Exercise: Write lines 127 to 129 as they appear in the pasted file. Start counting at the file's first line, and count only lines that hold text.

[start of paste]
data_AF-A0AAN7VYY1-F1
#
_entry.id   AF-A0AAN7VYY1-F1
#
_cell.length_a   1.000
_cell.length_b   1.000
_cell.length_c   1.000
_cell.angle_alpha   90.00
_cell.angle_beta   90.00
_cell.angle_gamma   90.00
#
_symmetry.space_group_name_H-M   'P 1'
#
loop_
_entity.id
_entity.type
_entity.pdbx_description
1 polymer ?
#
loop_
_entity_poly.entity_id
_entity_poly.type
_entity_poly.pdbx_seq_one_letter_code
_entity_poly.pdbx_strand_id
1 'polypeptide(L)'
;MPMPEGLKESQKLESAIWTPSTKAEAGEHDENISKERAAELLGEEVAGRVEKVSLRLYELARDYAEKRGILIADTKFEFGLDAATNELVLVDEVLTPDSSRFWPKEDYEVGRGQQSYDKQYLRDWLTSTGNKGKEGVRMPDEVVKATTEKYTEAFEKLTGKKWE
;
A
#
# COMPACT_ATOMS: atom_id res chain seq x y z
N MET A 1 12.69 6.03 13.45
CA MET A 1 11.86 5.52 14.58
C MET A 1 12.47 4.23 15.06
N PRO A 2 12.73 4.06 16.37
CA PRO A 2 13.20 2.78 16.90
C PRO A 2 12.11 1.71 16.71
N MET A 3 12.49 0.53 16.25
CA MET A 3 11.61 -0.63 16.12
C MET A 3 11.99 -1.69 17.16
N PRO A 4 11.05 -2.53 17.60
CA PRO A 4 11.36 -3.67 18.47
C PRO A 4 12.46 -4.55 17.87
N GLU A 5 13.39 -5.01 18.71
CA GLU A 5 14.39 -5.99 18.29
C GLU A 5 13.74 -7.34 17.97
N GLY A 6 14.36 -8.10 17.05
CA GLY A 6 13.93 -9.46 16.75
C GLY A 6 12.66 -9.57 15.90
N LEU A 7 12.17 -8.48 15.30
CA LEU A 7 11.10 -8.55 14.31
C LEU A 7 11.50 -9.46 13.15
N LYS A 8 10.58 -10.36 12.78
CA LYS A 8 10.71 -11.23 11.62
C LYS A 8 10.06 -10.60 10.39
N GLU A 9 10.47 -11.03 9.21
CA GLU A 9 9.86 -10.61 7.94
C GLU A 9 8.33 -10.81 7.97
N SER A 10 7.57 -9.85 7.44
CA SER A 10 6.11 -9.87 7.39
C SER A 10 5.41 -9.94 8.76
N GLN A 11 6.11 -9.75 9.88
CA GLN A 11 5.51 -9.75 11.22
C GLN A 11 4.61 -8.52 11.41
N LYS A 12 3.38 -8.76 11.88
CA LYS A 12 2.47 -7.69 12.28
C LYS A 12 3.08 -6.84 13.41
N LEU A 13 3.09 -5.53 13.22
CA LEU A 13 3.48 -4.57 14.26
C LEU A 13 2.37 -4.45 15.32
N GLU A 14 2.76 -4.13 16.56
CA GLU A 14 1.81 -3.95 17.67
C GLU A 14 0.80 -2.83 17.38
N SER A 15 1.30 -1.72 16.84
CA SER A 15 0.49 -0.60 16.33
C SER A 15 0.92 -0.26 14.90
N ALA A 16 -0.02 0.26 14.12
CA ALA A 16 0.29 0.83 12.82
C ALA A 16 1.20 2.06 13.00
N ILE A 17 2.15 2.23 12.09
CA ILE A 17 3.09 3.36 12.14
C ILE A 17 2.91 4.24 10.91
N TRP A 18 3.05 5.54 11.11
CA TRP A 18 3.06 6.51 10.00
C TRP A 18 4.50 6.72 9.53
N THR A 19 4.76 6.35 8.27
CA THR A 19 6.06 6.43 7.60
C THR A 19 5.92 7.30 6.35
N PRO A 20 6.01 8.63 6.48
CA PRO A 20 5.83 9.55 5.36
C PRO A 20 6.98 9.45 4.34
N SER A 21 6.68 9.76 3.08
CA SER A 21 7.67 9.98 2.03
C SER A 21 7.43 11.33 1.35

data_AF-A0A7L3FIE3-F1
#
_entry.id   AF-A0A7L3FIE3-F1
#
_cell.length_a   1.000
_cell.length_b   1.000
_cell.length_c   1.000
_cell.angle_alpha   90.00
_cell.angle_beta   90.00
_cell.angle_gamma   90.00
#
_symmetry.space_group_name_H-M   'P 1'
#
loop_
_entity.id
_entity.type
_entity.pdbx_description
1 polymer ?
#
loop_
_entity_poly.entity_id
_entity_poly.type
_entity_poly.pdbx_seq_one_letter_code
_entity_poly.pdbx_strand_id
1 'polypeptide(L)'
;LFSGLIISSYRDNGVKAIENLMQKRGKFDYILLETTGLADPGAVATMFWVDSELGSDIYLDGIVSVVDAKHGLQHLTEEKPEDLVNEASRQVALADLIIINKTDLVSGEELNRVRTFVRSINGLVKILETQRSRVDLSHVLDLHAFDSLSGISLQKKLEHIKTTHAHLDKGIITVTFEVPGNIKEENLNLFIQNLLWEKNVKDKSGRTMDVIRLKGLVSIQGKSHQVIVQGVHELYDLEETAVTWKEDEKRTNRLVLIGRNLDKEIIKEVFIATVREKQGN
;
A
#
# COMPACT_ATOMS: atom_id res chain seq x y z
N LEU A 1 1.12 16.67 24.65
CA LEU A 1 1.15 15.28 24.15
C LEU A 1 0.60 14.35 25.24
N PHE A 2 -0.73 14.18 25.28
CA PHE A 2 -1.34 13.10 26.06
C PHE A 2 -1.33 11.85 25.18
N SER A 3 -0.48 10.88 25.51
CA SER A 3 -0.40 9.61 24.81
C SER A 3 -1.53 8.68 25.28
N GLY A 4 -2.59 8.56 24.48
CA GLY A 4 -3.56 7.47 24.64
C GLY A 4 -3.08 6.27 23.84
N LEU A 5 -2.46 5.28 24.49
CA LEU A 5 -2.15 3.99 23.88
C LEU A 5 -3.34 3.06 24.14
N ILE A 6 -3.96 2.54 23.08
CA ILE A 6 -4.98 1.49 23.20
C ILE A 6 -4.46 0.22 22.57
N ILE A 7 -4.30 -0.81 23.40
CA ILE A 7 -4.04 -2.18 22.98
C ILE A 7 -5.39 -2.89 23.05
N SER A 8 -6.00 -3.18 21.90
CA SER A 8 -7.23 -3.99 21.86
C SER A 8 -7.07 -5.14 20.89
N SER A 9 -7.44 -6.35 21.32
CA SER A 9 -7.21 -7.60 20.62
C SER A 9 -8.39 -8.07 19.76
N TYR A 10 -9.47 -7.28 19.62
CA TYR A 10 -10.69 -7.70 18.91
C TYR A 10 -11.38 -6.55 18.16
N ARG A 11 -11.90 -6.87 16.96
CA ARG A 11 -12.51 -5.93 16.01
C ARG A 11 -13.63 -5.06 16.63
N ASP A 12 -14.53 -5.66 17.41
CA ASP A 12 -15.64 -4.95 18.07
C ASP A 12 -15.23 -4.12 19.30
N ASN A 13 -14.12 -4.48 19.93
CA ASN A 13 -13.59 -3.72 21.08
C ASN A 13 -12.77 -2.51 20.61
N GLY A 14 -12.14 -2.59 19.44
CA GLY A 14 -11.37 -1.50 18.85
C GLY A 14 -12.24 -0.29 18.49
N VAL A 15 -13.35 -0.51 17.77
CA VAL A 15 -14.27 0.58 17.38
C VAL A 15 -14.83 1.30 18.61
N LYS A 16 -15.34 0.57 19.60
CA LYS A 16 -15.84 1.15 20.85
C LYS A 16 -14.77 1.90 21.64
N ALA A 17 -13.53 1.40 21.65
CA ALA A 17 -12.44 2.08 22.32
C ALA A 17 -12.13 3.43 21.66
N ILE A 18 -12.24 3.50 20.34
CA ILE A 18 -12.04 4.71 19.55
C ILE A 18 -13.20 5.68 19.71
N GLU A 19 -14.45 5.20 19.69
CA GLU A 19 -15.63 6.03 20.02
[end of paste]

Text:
N PHE A 2 -0.73 14.18 25.28
CA PHE A 2 -1.34 13.10 26.06
C PHE A 2 -1.33 11.85 25.18